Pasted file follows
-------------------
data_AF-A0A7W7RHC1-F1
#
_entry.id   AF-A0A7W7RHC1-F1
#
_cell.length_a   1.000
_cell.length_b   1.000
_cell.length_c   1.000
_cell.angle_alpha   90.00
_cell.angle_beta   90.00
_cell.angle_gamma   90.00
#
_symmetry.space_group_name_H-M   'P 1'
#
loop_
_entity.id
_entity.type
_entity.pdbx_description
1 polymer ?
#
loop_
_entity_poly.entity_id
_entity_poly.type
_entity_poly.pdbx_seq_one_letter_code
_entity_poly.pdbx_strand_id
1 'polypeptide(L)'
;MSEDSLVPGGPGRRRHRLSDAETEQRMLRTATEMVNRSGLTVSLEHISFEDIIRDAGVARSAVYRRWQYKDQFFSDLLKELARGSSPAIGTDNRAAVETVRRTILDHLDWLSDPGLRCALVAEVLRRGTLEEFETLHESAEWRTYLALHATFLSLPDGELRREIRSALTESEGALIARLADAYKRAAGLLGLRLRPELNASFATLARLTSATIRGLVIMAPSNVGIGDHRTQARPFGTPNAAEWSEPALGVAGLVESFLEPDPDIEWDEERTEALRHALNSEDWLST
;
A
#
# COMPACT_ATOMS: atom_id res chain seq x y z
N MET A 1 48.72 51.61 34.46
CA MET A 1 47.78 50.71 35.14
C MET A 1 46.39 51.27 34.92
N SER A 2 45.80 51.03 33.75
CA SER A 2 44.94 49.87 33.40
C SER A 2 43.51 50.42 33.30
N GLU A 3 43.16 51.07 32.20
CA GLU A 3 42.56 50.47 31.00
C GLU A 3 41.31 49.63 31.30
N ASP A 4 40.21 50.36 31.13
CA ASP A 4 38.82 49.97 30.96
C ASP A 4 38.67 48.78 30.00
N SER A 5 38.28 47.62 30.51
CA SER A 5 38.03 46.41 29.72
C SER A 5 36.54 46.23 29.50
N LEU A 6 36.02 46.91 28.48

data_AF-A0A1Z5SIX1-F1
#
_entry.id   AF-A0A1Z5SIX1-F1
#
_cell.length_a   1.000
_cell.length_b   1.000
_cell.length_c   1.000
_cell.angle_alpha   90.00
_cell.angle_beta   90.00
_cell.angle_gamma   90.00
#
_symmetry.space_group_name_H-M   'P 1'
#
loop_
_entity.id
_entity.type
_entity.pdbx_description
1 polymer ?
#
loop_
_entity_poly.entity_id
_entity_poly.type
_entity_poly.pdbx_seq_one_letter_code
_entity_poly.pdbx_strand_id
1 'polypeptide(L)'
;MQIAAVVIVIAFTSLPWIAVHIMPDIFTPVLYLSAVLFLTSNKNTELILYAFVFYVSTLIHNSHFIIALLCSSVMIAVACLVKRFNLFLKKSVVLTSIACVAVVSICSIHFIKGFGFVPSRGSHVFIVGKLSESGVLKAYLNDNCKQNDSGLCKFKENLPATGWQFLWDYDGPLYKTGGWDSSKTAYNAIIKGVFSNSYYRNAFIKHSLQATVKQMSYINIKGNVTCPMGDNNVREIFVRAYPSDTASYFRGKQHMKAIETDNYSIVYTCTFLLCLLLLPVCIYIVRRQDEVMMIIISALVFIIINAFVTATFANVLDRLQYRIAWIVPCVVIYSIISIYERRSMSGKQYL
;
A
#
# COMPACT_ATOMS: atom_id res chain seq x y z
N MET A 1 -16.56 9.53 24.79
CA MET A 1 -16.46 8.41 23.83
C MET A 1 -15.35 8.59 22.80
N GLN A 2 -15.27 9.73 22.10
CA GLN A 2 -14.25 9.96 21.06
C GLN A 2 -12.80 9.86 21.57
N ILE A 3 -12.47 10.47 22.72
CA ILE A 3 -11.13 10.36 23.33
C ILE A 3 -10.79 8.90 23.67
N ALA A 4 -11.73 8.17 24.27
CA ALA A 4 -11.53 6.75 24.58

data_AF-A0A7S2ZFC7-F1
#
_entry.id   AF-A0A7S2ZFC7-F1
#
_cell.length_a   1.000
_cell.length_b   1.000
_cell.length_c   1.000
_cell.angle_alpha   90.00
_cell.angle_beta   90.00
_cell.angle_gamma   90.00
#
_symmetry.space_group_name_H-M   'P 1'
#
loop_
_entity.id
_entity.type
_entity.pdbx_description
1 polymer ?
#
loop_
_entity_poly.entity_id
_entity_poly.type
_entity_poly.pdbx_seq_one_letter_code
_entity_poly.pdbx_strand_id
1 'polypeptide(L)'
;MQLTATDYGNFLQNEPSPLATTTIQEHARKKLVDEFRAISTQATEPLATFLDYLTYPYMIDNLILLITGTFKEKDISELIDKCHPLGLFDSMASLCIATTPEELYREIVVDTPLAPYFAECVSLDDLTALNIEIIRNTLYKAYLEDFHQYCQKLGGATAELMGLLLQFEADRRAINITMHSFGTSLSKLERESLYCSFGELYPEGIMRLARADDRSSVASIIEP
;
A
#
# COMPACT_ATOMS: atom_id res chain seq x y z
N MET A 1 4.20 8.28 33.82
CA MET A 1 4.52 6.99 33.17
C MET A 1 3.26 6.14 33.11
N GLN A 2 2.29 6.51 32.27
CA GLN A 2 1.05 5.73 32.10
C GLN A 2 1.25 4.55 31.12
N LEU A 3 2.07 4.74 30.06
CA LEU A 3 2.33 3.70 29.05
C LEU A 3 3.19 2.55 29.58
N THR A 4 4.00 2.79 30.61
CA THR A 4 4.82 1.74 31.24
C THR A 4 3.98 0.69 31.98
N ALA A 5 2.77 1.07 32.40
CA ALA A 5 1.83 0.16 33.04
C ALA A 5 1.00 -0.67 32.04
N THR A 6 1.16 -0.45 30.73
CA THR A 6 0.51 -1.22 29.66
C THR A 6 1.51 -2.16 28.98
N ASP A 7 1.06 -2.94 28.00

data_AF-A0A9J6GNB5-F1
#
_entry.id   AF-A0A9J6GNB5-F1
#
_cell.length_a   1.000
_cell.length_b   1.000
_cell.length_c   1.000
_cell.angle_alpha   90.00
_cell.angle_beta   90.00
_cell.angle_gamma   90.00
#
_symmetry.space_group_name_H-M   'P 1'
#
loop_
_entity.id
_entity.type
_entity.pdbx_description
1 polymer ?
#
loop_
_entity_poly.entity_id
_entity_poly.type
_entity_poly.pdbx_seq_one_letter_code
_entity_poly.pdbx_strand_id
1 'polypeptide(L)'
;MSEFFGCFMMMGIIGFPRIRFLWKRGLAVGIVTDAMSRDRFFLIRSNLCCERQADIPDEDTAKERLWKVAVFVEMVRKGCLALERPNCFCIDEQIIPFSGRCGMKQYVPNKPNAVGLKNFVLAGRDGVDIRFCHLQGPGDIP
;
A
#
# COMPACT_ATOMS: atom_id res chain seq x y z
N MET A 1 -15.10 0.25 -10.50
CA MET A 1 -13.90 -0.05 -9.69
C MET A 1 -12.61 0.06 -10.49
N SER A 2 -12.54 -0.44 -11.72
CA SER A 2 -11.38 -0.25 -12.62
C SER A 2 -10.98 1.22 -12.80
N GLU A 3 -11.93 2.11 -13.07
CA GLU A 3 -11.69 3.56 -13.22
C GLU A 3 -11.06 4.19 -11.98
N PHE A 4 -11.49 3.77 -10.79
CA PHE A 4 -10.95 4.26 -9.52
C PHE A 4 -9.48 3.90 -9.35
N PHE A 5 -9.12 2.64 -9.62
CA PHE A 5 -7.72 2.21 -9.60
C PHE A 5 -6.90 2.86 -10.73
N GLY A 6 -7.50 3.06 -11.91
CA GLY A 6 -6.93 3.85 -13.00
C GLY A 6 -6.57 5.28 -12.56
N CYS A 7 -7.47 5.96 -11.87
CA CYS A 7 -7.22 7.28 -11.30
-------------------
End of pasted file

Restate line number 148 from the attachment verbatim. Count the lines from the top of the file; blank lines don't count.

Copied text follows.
_symmetry.space_group_name_H-M   'P 1'